Adam Silver reportedly met with the new Commission on College Basketball and discussed the one-and-done rule. 

By Daniel Rapaport
November 17, 2017

NBA commissioner Adam Silver and NBA Players Association executive director Michele Roberts met with the new Commission on College Basketball in Washington to discuss issues facing the basketball industry, according to a report from ESPN's Adrian Wojnarowski. Among the topics of discussion was the one-and-done rule, which requires U.S.-based players to be one year removed from high school before being eligible for the NBA draft, a rule Silver is thought to be open to changing. 

The Commission on College Basketball was formed after a multiyear F.B.I. investigation resulted in accusations of widespread bribery, wire fraud and corruption in college basketball. The Commission is chaired by former U.S. Secretary of State Condoleeza Rice. 

The meeting was educational in nature reports Wojnarowski, and any change to the NBA's draft eligibility rules would have to be bargained by the league and the player's association—the Commission would not be involved, nor would the NCAA.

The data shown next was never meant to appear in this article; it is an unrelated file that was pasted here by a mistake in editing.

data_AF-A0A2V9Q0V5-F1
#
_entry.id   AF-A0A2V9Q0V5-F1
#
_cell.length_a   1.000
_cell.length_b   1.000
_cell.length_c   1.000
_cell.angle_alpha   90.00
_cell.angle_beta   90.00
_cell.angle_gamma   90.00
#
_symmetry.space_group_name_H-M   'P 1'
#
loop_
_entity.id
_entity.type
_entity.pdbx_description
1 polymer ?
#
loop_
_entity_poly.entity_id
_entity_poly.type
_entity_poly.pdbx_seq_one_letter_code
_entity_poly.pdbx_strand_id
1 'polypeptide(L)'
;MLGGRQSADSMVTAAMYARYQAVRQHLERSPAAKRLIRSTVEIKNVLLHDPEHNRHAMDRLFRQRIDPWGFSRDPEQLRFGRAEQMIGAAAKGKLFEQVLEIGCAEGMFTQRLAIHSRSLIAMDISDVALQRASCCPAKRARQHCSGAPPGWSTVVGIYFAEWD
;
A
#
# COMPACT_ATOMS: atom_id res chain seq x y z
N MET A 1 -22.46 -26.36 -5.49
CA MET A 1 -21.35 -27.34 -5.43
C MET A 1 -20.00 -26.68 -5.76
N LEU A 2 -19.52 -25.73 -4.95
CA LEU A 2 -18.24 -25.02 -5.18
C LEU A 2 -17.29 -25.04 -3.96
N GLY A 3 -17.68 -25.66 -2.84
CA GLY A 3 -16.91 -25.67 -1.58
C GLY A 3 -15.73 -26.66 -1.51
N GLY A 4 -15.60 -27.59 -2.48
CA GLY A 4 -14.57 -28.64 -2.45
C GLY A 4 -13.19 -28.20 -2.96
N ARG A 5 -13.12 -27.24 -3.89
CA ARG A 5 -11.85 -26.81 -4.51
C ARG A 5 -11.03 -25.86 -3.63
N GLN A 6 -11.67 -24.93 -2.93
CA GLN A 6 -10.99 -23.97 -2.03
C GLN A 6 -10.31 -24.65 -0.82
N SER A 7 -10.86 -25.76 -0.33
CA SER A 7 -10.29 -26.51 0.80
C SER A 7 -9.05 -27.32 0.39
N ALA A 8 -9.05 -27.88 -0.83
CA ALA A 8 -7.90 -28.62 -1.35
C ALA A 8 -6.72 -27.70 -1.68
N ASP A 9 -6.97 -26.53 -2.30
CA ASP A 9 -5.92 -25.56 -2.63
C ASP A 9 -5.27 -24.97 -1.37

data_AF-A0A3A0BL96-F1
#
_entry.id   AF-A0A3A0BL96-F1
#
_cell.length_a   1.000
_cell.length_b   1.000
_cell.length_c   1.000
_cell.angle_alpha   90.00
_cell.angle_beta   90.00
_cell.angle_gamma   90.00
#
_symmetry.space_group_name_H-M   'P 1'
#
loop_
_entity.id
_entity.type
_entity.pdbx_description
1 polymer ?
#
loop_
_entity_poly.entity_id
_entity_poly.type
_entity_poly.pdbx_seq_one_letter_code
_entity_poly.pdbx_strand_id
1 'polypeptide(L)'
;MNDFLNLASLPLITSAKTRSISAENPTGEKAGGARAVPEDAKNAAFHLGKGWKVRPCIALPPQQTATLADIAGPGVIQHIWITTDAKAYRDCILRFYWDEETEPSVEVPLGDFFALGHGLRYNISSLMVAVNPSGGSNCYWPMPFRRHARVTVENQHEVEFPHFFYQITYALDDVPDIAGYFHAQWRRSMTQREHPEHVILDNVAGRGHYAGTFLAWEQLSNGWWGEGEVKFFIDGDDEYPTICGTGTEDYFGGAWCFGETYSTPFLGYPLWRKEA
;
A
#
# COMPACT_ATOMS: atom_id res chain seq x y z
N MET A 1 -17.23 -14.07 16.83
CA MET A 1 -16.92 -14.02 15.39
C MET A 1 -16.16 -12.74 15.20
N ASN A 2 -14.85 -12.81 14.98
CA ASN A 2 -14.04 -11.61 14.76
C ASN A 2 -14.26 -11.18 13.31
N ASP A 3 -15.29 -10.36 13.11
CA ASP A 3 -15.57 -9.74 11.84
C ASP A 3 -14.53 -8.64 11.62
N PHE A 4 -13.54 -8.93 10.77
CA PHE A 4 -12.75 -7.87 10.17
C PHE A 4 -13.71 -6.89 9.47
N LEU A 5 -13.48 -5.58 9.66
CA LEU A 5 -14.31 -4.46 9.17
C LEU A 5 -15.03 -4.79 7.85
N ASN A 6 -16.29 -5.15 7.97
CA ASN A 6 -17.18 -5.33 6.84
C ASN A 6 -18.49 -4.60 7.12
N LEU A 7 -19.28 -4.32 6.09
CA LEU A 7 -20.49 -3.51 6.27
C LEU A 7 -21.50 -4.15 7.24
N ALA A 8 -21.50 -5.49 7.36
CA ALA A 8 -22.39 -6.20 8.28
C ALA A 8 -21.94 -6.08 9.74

Players were able to enter the draft out of high school until the one-and-done rule went into effect in 2006. Some of the league's best players in the last decade came into the league straight from high school, including Kobe Bryant, LeBron James, Dwight Howard and Kevin Garnett. But the one-and-done rule was established due to growing concerns that players were entering the league without the personal maturity necessary to serve as good ambassadors for the NBA.

What has resulted is a college basketball landscape dominated by players who have no intention to stay in school beyond the one requisite year before entering the draft. Ten of the first 11 picks in the 2017 draft were college freshman, while the lone non one-and-done player was Frank Ntilikina, who played professionally in France before making the move to the NBA.

Silver is reportedly considering proposing a change that would allow players to enter the draft out of high school but force them to remain in college for two years if they do enter school. It would be a similar standard to the one in place for the MLB draft; players are allowed to turn professional out of high school, but must remain in college for three years once they enroll. 

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